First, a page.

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What Do You Want? A Better Question, First of All

Most people will never know what they want. I don't know what I want. If you ask me what I want to do in the next five months for language learning, on the other hand, I do know. It's a matter of specificity. "What do you want?" is too imprecise to produce a meaningful and actionable answer. Forget about it. "What are your goals?" is similarly fated for confusion and guesswork. To rephrase the question, we need to take a step back and look at the bigger picture.

Let's assume we have 10 goals and we achieve them—what is the desired outcome that makes all the effort worthwhile? The most common response is what I also would have suggested five years ago: happiness. I no longer believe this is a good answer. Happiness can be bought with a bottle of wine and has become ambiguous through overuse. There is a more precise alternative that reflects what I believe the actual objective is. Bear with me. What is the opposite of happiness? Sadness? No. Just as love and hate are two sides of the same coin, so are happiness and sadness. Crying out of happiness is a perfect illustration of this. The opposite of love is indifference, and the opposite of happiness is—here's the clincher—boredom.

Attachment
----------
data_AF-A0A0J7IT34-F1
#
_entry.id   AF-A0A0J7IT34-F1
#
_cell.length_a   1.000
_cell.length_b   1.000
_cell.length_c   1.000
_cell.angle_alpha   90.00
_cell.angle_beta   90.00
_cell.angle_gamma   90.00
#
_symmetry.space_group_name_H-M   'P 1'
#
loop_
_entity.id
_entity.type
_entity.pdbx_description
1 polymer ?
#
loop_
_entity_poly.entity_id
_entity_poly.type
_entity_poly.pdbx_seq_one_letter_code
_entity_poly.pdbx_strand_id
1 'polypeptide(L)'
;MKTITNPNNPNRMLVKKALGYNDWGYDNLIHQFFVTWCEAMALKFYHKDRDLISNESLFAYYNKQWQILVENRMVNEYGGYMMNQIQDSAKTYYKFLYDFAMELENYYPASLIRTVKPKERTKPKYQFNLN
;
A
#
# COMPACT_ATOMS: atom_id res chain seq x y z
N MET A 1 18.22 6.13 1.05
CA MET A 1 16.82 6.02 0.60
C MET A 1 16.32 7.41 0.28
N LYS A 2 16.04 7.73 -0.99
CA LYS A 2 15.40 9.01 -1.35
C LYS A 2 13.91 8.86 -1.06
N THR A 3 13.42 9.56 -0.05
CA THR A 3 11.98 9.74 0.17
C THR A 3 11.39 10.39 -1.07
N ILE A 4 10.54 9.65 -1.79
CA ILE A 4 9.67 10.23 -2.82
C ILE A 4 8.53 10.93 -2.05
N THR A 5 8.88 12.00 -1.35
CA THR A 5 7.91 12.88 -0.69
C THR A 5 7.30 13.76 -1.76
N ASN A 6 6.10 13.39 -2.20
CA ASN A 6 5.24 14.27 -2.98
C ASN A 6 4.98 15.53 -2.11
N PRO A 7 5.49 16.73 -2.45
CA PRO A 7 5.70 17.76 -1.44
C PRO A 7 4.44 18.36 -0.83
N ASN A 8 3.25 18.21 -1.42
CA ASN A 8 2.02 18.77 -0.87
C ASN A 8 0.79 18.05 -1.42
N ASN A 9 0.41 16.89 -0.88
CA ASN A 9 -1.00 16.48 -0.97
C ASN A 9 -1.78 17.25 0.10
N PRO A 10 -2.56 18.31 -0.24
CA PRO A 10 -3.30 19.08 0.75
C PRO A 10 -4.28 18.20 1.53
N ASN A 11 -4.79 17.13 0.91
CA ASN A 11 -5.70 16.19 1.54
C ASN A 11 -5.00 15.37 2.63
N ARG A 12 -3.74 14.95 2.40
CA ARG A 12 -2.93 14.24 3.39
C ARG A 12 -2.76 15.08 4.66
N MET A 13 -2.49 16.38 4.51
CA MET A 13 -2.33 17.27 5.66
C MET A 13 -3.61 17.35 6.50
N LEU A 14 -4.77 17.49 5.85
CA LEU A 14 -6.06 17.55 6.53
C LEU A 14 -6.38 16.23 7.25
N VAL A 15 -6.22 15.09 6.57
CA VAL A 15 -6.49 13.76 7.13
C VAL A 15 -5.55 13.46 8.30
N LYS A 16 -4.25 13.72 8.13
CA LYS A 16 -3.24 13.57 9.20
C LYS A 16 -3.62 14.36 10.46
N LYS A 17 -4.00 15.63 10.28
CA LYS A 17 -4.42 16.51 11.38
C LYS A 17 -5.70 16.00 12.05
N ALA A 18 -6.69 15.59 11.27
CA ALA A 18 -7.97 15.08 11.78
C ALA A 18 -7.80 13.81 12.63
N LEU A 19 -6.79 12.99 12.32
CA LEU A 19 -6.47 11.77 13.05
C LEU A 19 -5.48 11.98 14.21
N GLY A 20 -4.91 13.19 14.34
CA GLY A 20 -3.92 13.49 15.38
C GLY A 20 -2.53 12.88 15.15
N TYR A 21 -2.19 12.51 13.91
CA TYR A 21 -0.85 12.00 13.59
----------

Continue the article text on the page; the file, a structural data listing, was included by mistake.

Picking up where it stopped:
Excitement is the more practical synonym for happiness, and it is precisely what you should strive to chase. It is the cure-all. When people suggest you follow your "passion" or your "bliss," I propose that they are, in fact, referring to the same singular concept: excitement. This brings us full circle. The question you should be asking